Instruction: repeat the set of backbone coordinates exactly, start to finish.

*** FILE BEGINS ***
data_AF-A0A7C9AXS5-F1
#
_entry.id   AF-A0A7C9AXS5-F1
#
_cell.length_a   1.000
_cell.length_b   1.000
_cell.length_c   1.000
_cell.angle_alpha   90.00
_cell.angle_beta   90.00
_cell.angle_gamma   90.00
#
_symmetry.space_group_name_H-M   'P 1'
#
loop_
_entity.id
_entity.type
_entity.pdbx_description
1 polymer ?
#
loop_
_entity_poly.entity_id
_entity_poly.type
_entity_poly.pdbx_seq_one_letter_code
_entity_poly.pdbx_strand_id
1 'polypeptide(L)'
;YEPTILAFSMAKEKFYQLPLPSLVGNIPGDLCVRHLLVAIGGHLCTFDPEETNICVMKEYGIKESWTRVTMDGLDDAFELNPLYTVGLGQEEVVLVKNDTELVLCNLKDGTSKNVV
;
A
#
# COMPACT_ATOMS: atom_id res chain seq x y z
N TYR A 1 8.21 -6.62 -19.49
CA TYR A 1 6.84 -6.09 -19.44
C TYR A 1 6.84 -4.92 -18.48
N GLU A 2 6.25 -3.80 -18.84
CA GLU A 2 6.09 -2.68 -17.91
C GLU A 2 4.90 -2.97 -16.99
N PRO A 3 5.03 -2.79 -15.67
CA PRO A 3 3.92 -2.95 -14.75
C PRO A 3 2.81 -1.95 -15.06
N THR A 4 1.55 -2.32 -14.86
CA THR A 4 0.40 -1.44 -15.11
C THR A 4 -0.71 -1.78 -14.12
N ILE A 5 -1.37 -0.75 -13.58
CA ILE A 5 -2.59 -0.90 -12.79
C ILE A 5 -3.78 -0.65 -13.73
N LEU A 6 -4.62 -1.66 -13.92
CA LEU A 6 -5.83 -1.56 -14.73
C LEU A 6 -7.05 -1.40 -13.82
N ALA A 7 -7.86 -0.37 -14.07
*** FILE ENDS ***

data_AF-A0A7C9AXS5-F1
#
_entry.id   AF-A0A7C9AXS5-F1
#
_cell.length_a   1.000
_cell.length_b   1.000
_cell.length_c   1.000
_cell.angle_alpha   90.00
_cell.angle_beta   90.00
_cell.angle_gamma   90.00
#
_symmetry.space_group_name_H-M   'P 1'
#
loop_
_entity.id
_entity.type
_entity.pdbx_description
1 polymer ?
#
loop_
_entity_poly.entity_id
_entity_poly.type
_entity_poly.pdbx_seq_one_letter_code
_entity_poly.pdbx_strand_id
1 'polypeptide(L)'
;YEPTILAFSMAKEKFYQLPLPSLVGNIPGDLCVRHLLVAIGGHLCTFDPEETNICVMKEYGIKESWTRVTMDGLDDAFELNPLYTVGLGQEEVVLVKNDTELVLCNLKDGTSKNVV
;
A
#
# COMPACT_ATOMS: atom_id res chain seq x y z
N TYR A 1 8.21 -6.62 -19.49
CA TYR A 1 6.84 -6.09 -19.44
C TYR A 1 6.84 -4.92 -18.48
N GLU A 2 6.25 -3.80 -18.84
CA GLU A 2 6.09 -2.68 -17.91
C GLU A 2 4.90 -2.97 -16.99
N PRO A 3 5.03 -2.79 -15.67
CA PRO A 3 3.92 -2.95 -14.75
C PRO A 3 2.81 -1.95 -15.06
N THR A 4 1.55 -2.32 -14.86
CA THR A 4 0.40 -1.44 -15.11
C THR A 4 -0.71 -1.78 -14.12
N ILE A 5 -1.37 -0.75 -13.58
CA ILE A 5 -2.59 -0.90 -12.79
C ILE A 5 -3.78 -0.65 -13.73
N LEU A 6 -4.62 -1.66 -13.92
CA LEU A 6 -5.83 -1.56 -14.73
C LEU A 6 -7.05 -1.40 -13.82
N ALA A 7 -7.86 -0.37 -14.07